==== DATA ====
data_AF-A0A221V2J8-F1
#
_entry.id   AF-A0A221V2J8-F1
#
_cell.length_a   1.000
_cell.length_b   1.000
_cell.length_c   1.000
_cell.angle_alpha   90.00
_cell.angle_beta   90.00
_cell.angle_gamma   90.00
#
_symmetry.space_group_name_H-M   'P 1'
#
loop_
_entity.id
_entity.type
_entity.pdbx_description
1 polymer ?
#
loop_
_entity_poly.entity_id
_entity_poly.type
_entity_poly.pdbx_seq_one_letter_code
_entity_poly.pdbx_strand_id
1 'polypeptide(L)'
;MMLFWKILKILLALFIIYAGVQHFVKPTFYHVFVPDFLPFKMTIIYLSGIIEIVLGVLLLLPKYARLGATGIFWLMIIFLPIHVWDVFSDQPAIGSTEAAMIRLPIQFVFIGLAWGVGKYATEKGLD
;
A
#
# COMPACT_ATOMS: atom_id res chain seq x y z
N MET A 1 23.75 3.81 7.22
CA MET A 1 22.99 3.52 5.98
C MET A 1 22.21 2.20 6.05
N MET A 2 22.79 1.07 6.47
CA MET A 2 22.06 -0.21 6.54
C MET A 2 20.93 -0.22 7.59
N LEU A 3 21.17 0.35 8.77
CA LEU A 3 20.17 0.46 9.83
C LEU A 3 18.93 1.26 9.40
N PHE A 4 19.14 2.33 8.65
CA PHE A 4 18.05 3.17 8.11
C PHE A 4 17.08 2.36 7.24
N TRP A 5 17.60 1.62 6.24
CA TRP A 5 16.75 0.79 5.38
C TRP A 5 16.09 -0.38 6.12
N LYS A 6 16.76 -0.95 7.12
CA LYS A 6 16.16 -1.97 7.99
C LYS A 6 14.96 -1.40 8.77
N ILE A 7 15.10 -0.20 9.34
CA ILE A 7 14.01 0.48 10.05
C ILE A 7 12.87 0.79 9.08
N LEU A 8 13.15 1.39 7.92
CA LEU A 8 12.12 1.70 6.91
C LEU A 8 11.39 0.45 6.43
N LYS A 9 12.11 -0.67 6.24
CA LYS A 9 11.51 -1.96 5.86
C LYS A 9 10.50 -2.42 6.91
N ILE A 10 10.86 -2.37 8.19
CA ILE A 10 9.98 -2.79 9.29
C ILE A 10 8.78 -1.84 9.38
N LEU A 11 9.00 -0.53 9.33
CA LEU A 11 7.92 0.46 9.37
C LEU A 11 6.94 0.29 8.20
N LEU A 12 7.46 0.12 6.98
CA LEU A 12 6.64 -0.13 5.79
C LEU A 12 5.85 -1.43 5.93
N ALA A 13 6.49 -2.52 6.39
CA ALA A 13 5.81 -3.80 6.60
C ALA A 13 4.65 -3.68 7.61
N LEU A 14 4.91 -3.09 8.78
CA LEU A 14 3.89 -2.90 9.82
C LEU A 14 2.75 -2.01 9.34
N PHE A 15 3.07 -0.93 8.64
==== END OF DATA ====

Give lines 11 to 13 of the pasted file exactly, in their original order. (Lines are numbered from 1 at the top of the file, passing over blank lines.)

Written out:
#
_symmetry.space_group_name_H-M   'P 1'
#